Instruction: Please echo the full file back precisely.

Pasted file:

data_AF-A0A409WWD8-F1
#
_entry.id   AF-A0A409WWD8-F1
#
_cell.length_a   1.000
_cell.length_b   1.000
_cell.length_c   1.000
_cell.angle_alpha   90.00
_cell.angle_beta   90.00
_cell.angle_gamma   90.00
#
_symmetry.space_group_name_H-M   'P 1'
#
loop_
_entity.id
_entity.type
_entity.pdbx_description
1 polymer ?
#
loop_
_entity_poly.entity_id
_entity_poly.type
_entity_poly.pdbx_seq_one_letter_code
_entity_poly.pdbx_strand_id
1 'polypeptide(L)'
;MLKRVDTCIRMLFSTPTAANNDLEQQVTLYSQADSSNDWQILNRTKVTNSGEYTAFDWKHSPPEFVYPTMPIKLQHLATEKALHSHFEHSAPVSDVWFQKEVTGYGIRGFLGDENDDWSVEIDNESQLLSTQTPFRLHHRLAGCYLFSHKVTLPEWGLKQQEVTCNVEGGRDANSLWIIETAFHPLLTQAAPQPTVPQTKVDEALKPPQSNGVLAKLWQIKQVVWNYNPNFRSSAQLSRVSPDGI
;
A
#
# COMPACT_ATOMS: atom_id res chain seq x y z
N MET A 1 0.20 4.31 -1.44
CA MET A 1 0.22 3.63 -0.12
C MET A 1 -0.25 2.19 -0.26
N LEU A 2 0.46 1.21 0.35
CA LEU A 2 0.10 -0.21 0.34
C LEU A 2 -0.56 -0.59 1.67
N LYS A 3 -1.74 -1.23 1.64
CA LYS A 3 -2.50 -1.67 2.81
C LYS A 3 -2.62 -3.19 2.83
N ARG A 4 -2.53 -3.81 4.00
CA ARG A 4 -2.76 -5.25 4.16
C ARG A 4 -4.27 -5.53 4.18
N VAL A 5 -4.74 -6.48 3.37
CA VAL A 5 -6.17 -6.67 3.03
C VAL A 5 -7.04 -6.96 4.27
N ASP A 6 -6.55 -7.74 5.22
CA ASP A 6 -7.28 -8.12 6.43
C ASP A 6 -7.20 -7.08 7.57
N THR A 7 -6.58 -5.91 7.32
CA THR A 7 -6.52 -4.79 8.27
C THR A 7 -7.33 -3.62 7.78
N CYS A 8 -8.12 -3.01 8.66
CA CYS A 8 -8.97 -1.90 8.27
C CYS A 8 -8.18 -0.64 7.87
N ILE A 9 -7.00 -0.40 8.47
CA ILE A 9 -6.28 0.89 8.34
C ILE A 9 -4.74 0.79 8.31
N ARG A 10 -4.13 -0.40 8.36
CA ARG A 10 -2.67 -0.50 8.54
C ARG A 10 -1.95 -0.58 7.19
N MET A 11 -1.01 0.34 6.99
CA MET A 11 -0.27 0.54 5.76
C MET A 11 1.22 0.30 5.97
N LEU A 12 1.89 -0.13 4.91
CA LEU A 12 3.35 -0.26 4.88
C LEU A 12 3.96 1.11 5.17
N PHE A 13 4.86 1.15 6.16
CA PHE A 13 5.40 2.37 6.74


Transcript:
data_AF-A0A409WWD8-F1
#
_entry.id   AF-A0A409WWD8-F1
#
_cell.length_a   1.000
_cell.length_b   1.000
_cell.length_c   1.000
_cell.angle_alpha   90.00
_cell.angle_beta   90.00
_cell.angle_gamma   90.00
#
_symmetry.space_group_name_H-M   'P 1'
#
loop_
_entity.id
_entity.type
_entity.pdbx_description
1 polymer ?
#
loop_
_entity_poly.entity_id
_entity_poly.type
_entity_poly.pdbx_seq_one_letter_code
_entity_poly.pdbx_strand_id
1 'polypeptide(L)'
;MLKRVDTCIRMLFSTPTAANNDLEQQVTLYSQADSSNDWQILNRTKVTNSGEYTAFDWKHSPPEFVYPTMPIKLQHLATEKALHSHFEHSAPVSDVWFQKEVTGYGIRGFLGDENDDWSVEIDNESQLLSTQTPFRLHHRLAGCYLFSHKVTLPEWGLKQQEVTCNVEGGRDANSLWIIETAFHPLLTQAAPQPTVPQTKVDEALKPPQSNGVLAKLWQIKQVVWNYNPNFRSSAQLSRVSPDGI
;
A
#
# COMPACT_ATOMS: atom_id res chain seq x y z
N MET A 1 0.20 4.31 -1.44
CA MET A 1 0.22 3.63 -0.12
C MET A 1 -0.25 2.19 -0.26
N LEU A 2 0.46 1.21 0.35
CA LEU A 2 0.10 -0.21 0.34
C LEU A 2 -0.56 -0.59 1.67
N LYS A 3 -1.74 -1.23 1.64
CA LYS A 3 -2.50 -1.67 2.81
C LYS A 3 -2.62 -3.19 2.83
N ARG A 4 -2.53 -3.81 4.00
CA ARG A 4 -2.76 -5.25 4.16
C ARG A 4 -4.27 -5.53 4.18
N VAL A 5 -4.74 -6.48 3.37
CA VAL A 5 -6.17 -6.67 3.03
C VAL A 5 -7.04 -6.96 4.27
N ASP A 6 -6.55 -7.74 5.22
CA ASP A 6 -7.28 -8.12 6.43
C ASP A 6 -7.20 -7.08 7.57
N THR A 7 -6.58 -5.91 7.32
CA THR A 7 -6.52 -4.79 8.27
C THR A 7 -7.33 -3.62 7.78
N CYS A 8 -8.12 -3.01 8.66
CA CYS A 8 -8.97 -1.90 8.27
C CYS A 8 -8.18 -0.64 7.87
N ILE A 9 -7.00 -0.40 8.47
CA ILE A 9 -6.28 0.89 8.34
C ILE A 9 -4.74 0.79 8.31
N ARG A 10 -4.13 -0.40 8.36
CA ARG A 10 -2.67 -0.50 8.54
C ARG A 10 -1.95 -0.58 7.19
N MET A 11 -1.01 0.34 6.99
CA MET A 11 -0.27 0.54 5.76
C MET A 11 1.22 0.30 5.97
N LEU A 12 1.89 -0.13 4.91
CA LEU A 12 3.35 -0.26 4.88
C LEU A 12 3.96 1.11 5.17
N PHE A 13 4.86 1.15 6.16
CA PHE A 13 5.40 2.37 6.74